Late pullout from Lions squad necessary to feel '100 per cent', says Song Ui-young
The timing of Song Ui-young's pullout from the Lions squad, and the subsequent official statement from the Football Association of Singapore (FAS), has raised some eyebrows this week.
But the footballer's 11th-hour decision to withdraw from the national team gearing up for two friendlies in Vietnam was a result of a niggling ankle injury and the need for self-preservation, the 28-year-old player explained on Monday.
Hours before the 23-man squad departed Singapore for Ho Chi Minh City on Monday, the FAS announced that Tampines Rovers midfielder Syed Firdaus Hassan and Hougang United striker Sahil Suhaimi would take the places of attackers Faris Ramli and Song, who both play for the Lion City Sailors.
Faris withdrew as his wife is due to deliver their second child this week, said the FAS.
For Song, however, it said: "While both his club's and the Lions' medical team have cleared him to play, Song made the decision to pull out of the travelling team as a precaution to a previously sustained ankle injury."
The puzzling line preceded head coach Takayuki Nishigaya's equally cryptic comments on the matter.
The Japanese said it was "always a challenge when there are late dropouts", and added: "Family is more important than anything else, so I understand Faris not travelling with us.
"As for Song, it is his personal decision. I have full confidence with the two replacements I have called up and we must now focus on tackling the two matches that lay ahead."
Nishigaya had previously indicated the friendlies against Vietnam on Wednesday and India three days later were a vital part of his team's preparations for the Asean Football Federation (AFF) Championship that will take place from Dec 20 to Jan 16.
He would have no doubt been keen to assess Song, who played an important role in the Lions' run to the semi-final of the last edition of Asean's biggest tournament in December 2021.
In the Sailors' last four Singapore Premier League (SPL) matches, Song came off the bench twice for a combined 57 minutes, before playing the full 90 minutes in a 2-1 defeat by Tampines in their most recent fixture on Sept 10.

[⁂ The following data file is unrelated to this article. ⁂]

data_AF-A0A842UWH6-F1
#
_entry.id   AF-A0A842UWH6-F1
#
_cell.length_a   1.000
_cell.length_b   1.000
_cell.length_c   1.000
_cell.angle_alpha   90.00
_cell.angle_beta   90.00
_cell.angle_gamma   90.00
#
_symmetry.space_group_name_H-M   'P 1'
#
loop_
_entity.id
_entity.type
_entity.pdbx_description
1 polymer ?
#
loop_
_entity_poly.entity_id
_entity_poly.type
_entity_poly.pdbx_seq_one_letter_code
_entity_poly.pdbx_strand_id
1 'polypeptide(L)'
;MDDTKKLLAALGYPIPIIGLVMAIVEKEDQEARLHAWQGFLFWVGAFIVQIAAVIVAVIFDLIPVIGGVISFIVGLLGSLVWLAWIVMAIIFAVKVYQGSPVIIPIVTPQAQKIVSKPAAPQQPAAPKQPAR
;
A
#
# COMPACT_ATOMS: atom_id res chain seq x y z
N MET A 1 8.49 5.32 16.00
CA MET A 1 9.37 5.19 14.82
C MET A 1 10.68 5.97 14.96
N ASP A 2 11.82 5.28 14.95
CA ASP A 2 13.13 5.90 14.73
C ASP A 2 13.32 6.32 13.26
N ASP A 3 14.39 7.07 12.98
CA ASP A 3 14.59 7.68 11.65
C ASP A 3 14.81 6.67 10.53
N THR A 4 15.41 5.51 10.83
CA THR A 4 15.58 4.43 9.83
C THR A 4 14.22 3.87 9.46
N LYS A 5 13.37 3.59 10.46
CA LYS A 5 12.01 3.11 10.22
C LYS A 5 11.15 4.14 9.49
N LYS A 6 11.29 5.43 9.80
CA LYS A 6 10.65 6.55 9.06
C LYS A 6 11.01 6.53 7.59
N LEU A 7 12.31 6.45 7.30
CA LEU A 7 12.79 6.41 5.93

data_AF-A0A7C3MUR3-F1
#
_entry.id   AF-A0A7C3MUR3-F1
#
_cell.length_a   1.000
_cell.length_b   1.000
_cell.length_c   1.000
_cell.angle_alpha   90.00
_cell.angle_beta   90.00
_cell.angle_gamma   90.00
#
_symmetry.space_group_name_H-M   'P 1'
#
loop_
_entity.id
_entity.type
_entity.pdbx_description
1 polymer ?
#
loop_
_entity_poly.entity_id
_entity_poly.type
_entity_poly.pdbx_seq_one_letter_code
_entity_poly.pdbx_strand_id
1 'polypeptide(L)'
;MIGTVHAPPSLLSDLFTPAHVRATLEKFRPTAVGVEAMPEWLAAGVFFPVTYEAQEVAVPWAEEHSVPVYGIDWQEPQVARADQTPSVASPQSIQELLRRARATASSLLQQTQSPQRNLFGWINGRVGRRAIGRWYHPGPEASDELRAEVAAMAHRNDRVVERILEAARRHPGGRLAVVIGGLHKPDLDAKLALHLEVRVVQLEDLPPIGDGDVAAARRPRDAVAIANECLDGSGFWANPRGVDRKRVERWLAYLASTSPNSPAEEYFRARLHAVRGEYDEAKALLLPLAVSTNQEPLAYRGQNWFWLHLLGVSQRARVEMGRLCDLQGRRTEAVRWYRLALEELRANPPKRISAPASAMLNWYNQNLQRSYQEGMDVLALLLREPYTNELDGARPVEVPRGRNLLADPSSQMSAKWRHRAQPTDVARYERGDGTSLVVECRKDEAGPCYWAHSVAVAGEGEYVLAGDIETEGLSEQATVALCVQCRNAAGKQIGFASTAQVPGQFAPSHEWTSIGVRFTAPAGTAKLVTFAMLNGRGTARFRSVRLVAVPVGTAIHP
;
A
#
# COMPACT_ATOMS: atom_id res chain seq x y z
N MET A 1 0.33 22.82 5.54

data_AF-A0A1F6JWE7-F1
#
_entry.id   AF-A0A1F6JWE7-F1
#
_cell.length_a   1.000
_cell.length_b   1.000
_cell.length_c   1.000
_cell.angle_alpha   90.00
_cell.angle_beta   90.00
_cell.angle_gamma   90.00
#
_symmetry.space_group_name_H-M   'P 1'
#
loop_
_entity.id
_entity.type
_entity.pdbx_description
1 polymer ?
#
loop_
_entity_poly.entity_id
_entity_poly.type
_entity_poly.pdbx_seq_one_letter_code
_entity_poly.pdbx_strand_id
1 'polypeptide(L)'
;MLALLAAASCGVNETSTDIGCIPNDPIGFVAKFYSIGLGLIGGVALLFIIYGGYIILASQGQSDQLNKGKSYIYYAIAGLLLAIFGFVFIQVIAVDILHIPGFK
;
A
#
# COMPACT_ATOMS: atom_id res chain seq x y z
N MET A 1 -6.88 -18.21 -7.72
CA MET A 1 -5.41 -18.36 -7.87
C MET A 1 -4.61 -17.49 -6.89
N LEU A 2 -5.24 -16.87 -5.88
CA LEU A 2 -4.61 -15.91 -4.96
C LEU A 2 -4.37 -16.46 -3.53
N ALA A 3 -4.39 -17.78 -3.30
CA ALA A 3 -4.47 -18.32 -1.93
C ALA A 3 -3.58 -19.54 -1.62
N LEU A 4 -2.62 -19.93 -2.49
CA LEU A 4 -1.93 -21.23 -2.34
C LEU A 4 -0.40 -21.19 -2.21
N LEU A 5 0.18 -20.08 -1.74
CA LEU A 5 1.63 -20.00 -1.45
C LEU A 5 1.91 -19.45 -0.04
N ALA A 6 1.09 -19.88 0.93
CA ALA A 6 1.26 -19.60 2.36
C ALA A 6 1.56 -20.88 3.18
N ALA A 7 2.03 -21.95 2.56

In response to queries, a Sailors spokesman said Song "received a knock to his ankle" during that game, which affected him even four days later when he failed to complete a training session.
Song was advised by the club doctor to "monitor the injury" ahead of their next game against the Young Lions, which was subsequently postponed due to the death of FAS president Lim Kia Tong.
"The Sailors are fully supportive of the national cause and it gives us a sense of pride seeing our players don the Lions jersey and fly the Singapore flag," stressed the spokesman.
South Korea-born Song, who became a citizen in August 2021 and has since made 12 appearances for the Lions and scored three goals, said: "This is not the first time I have injured my ankle.
"The doctor said I could work my way back to fitness with the national team while monitoring the ankle. But because it continued to give me pain, I decided to be more cautious and take the doctor's instructions to monitor the ankle.
"With the AFF (Championship) coming up... important games in the SPL as well as another trophy to compete for in the Singapore Cup, I felt it was important to ensure that I am feeling 100 per cent so that I can continue to play at my best for both the Sailors and Singapore."
The Lions are four-time AFF Championship winners, but their most recent triumph came in 2012. In the last edition, under the charge of Tatsuma Yoshida they were knocked out by Indonesia after a controversial second leg semi-final clash. Yoshida resigned just three days later, and Thailand went on to win a record sixth regional title.
Nishigaya has overseen four games since his appointment in April, with the Lions suffering a friendly defeat against Kuwait (2-0), before further losses in the Asian Cup qualifiers against Kyrgyzstan (2-1) and Tajikistan (1-0).
They won their final qualifying match against Myanmar 6-2, but failed to progress to next year's final competition.